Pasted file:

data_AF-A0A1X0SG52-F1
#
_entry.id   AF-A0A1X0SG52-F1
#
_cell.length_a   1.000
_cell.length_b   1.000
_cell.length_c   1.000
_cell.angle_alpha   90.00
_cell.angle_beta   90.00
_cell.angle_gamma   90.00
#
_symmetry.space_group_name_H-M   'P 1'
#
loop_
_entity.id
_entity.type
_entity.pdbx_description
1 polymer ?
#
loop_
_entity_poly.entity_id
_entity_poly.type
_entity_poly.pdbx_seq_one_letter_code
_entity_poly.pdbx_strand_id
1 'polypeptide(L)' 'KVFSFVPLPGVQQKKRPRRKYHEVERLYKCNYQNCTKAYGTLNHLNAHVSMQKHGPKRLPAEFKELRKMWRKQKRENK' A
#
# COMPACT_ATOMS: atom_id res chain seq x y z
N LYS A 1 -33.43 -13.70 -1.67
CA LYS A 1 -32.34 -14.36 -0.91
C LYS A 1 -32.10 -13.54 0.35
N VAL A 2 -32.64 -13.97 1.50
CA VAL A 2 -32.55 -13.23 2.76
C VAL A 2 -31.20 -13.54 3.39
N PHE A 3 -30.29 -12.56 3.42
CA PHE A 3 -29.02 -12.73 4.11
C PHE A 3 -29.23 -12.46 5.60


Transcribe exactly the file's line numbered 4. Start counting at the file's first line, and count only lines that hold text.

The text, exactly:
#